It wasn't easy in Bengaluru and it was no better in California-when Ramakant Sharma and Anuj Srivastava decided to renovate their respective homes. And that's when they learnt how frustrating the experience can be. While one chose a local contractor, the other hired an interior designer. The result was the same: their project became a Pandora's box where they would discover newer challenges every day. From timeline, prices, quality - to the personal attention that the project demanded, nothing was predictable. In the end, their tribulations landed them in the middle of a highly fragmented $23Bn market that was calling for a technology-led innovation. And thus, in July 2014, Livspace was incorporated and its operations were launched in Bengaluru in January 2015.
Cut to the present, Livspace has grown to become India's largest home interiors and renovation platform. Today it serves seven metro areas and has announced its plans to serve six more, for a total of 13, by 2019. The company has designed over 5,000 homes-a whopping 2 million+ square feet-and works with over 2,000 design partners.
This unprecedented scale is disrupting the entire interior design ecosystem. But how did they get here?
Livspace combines Canvas, its proprietary technology platform with a three-sided marketplace between homeowners, certified designers and vendors. It delivers end-to-end home interiors to homeowners in a hassle-free, predictable manner and empowers designers and vendors to deliver it. Canvas allows designers to manage the entire design project on the cloud-create designs in 2D/3D, access a digital catalogue of millions of SKUs, plan the budget, chat with clients, place manufacturing orders, create project plans, track delivery and more, without installing any software on their computer system. This allows designers to work on more projects and hence increase their incremental earnings. On average, a Livspace Design Partner earns twice as much as his/her peers outside of Livspace. This increase in productivity directly impacts the number of homeowners that get access to good interior design-something that was traditionally reserved for the affluent few. Livspace, on the other hand, espouses the philosophy of good design for all; a philosophy that wasn't all that simple to offer right at the outset.
For beginners, "interiors" is an often-misrepresented term. Many people associate home interiors with just buying furniture, painting the walls and designing a modular kitchen. However, nothing can be farther from the truth. Interior design is not only very expansive in what it entails-furniture and decor, modular kitchen, wardrobes, storage such as TV units, services like false ceiling, flooring, electrical and more-but also involves designing spaces that solve a functional and aesthetic purpose.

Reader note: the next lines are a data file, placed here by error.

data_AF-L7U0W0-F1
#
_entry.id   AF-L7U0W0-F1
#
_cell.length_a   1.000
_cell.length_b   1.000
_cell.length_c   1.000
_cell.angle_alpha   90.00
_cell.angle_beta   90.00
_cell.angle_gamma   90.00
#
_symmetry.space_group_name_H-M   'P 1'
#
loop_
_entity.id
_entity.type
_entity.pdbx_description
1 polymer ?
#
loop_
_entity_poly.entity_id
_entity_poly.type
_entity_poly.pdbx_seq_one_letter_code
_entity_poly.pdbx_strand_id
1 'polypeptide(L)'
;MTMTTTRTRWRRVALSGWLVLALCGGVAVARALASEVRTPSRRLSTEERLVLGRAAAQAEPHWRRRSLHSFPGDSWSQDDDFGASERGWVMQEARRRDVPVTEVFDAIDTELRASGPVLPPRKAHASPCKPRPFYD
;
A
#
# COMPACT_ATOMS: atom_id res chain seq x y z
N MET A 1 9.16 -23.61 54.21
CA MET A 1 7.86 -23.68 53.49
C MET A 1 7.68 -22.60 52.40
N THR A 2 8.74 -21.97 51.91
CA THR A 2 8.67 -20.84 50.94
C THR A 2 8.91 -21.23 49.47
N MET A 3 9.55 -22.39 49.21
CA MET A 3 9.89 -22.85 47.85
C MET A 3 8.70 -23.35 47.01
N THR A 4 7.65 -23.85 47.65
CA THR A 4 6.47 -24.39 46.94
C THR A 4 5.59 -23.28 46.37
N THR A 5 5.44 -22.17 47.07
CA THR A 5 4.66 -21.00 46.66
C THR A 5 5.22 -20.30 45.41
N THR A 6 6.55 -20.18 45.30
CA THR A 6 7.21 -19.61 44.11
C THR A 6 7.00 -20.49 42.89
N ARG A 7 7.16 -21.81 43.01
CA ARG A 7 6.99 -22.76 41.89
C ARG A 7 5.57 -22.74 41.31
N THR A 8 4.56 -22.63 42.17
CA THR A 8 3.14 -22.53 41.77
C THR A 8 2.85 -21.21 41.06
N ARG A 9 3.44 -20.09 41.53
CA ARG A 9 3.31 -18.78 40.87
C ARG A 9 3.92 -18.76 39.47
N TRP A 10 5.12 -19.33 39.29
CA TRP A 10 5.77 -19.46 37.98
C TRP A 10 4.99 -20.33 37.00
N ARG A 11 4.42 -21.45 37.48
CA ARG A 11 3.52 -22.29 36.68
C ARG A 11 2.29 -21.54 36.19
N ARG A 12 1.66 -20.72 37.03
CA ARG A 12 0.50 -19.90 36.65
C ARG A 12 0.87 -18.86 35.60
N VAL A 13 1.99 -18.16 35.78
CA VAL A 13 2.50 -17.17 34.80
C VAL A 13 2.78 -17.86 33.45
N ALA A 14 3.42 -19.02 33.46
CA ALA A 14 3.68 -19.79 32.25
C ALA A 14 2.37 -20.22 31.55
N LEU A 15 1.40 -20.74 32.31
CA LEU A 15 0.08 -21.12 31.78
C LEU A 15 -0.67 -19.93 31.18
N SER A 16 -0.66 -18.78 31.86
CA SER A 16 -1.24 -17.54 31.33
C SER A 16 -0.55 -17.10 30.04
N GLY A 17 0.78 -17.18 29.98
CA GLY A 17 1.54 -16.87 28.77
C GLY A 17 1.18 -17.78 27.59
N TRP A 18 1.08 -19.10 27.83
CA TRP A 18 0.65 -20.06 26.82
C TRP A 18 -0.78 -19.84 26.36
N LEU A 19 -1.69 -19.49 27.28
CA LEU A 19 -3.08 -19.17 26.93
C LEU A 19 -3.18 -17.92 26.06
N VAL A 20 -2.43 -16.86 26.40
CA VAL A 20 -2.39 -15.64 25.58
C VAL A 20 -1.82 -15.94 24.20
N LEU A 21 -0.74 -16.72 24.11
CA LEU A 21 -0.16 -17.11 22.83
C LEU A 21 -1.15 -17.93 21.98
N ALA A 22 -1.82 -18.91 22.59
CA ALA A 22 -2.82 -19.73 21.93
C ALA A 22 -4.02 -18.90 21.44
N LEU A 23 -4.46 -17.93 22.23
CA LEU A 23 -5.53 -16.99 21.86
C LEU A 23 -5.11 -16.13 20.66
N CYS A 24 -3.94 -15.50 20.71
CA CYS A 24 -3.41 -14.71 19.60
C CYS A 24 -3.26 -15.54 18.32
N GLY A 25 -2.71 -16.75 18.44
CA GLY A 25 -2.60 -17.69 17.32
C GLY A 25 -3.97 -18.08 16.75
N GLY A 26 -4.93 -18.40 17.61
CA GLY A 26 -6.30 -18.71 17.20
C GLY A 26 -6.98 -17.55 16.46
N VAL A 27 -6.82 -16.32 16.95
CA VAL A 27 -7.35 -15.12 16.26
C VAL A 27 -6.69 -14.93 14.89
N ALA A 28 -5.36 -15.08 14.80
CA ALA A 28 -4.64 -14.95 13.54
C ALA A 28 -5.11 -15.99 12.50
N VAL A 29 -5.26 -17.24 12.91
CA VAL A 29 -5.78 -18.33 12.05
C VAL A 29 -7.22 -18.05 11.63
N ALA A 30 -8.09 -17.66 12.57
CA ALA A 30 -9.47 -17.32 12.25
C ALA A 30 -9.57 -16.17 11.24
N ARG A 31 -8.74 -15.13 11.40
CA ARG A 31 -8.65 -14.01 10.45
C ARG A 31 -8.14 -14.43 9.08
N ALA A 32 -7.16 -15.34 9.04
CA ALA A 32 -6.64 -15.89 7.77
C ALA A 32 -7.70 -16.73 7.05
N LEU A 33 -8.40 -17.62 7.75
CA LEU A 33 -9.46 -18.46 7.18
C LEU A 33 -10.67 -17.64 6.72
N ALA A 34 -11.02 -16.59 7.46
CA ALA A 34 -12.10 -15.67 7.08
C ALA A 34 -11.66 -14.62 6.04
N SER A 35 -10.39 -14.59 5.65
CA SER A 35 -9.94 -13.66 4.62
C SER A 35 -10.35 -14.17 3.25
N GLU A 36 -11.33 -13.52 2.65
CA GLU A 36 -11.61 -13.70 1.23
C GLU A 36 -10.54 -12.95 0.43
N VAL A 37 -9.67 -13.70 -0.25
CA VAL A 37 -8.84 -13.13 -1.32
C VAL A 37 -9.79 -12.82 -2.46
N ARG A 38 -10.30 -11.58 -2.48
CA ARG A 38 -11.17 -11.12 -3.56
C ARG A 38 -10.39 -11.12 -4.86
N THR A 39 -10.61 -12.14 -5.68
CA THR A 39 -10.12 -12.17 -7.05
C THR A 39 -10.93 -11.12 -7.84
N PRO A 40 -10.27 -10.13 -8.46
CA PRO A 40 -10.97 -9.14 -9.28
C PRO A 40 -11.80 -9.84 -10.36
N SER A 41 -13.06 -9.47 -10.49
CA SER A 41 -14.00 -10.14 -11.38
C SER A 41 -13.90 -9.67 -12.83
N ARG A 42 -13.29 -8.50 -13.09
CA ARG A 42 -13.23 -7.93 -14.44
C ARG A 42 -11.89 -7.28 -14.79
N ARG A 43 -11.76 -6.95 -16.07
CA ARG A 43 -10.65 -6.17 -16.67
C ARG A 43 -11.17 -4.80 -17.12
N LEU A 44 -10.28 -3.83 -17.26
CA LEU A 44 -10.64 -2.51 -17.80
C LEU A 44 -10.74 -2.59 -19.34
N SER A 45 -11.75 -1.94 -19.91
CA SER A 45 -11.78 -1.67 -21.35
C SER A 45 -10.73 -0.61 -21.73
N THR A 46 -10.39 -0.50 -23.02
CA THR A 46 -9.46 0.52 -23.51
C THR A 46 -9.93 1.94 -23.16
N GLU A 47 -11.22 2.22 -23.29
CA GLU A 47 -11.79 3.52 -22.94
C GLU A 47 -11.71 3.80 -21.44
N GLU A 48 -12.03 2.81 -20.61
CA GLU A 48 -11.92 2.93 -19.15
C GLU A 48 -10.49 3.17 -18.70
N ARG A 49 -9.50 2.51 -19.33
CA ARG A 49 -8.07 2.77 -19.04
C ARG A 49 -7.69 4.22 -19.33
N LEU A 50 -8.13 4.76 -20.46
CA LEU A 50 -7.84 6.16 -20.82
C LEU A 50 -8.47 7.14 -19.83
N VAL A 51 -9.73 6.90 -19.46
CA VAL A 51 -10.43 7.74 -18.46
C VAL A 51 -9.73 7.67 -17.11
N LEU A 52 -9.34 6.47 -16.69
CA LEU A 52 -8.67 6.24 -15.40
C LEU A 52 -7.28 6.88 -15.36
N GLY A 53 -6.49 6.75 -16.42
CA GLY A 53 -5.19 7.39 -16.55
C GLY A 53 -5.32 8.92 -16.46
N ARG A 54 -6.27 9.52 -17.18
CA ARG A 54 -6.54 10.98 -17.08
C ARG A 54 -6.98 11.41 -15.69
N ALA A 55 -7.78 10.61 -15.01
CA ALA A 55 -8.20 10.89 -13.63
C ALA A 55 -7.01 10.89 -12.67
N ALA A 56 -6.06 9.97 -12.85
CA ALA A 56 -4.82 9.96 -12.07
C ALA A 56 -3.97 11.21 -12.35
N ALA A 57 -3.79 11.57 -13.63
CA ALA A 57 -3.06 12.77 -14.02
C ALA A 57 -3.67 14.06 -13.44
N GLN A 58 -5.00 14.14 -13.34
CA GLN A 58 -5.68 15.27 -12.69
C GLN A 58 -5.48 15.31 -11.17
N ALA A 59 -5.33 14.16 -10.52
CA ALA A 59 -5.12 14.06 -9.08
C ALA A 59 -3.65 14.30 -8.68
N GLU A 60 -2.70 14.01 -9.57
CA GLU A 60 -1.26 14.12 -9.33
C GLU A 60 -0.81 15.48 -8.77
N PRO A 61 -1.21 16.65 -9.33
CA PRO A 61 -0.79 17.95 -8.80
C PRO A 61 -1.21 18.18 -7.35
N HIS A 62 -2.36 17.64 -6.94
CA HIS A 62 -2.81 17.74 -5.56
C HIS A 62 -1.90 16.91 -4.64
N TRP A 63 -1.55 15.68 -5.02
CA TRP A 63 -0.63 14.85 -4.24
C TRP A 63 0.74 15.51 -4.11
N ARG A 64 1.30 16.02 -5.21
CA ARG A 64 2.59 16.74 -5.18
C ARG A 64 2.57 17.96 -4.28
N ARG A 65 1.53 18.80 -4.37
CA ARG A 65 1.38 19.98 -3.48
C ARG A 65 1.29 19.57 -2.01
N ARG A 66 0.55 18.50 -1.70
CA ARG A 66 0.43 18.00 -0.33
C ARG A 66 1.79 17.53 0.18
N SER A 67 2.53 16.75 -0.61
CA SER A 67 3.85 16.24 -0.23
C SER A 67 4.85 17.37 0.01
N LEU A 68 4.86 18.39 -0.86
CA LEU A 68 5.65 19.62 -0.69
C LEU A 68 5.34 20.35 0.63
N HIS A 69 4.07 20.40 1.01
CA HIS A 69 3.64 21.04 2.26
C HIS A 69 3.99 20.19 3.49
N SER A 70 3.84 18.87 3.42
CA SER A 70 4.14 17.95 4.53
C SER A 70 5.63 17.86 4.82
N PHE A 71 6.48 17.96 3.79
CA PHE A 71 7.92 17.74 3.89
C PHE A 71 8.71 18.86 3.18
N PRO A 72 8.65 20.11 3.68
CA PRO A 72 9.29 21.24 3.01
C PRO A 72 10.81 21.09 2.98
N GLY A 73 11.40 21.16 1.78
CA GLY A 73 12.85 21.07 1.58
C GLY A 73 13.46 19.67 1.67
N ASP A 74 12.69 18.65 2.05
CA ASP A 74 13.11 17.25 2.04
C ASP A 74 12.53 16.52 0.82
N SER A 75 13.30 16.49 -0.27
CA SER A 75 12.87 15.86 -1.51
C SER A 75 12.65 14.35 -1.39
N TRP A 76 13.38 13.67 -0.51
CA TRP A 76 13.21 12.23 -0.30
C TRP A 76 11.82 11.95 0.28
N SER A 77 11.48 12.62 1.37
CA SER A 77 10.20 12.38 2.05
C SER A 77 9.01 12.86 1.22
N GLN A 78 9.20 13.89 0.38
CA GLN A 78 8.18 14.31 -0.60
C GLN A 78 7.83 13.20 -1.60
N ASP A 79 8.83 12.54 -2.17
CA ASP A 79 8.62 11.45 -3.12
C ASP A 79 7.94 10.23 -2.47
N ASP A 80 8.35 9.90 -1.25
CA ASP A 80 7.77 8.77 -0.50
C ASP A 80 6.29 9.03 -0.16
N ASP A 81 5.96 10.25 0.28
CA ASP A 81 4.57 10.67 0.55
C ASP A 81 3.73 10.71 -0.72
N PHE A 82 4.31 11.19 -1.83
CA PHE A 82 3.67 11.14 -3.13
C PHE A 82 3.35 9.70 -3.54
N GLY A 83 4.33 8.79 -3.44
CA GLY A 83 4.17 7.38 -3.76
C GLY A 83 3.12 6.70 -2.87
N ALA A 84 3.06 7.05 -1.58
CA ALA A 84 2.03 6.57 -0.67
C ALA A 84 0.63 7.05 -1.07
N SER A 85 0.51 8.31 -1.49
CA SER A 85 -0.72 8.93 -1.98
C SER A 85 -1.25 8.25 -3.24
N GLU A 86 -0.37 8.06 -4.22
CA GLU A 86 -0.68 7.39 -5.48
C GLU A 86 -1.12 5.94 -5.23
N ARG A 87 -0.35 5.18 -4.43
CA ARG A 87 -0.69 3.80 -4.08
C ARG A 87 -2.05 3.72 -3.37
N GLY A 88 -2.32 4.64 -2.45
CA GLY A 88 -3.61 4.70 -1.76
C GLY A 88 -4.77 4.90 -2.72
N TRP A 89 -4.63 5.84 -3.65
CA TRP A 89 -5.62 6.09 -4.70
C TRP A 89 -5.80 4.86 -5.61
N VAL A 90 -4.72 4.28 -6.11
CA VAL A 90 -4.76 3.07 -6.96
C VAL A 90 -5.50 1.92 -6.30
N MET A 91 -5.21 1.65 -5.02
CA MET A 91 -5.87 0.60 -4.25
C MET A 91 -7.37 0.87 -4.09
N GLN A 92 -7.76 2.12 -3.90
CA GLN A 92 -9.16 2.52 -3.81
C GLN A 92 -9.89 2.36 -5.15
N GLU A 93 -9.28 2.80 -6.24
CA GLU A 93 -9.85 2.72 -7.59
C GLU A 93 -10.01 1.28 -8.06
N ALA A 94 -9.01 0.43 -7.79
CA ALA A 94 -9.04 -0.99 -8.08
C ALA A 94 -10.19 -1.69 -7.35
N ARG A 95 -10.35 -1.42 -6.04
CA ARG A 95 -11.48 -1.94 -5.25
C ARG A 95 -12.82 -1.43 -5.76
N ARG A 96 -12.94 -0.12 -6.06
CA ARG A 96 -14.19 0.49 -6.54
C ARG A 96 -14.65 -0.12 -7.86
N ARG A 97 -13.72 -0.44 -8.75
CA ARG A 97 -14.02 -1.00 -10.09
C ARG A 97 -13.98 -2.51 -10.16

To add to the complexity, interiors have never been associated with an organized player of scale. Hence, the company had a huge opportunity and challenge in front of them right at the very inception. So, they took it upon themselves to be the market makers. For a high-value and infrequent purchase such as home interiors, they invested in a strong omnichannel strategy. They extended their world-class online experience to their Design Centers and experience apartments, which boast a very strong tactile experience. This helped them not only reduce time to convert but also increased their average order value by up to 40%.
Livspace partnered with Brand Capital, the strategic investment arm of The Times Group, and was able to create a strong brand presence. The brand targeted urban consumers focusing on working professionals in top metropolitan cities seeking assured quality and timely delivery of services. The company utilised a good mix of print ads, radio campaigns and strategically located OOH properties offered by the Times Group, leading to a strong top-of-mind recall. This partnership created a valuable impact to build awareness and establish credibility.
Some success mantras of the founders
When asked to share tips for upcoming start-ups who seek to become market makers and leaders, Anuj and Ramakant had a thing or two to add.
● "Always hire people smarter than yourself. Problem-solvers who are action-biased are a great fit for start-ups seeking to disrupt any space," said Anuj Srivastava.
● "At an early stage, investing in building a culture of autonomy may not seem critical but these things tend to stick as you grow. So, think about culture early," added Srivastava.
● Ramakant Sharma advised, "If you want to scale, always think for scale. Don't invest in products and features that are intrinsically 'unscalable'. But whatever you do, launch fast and then improve. Don't wait for perfection."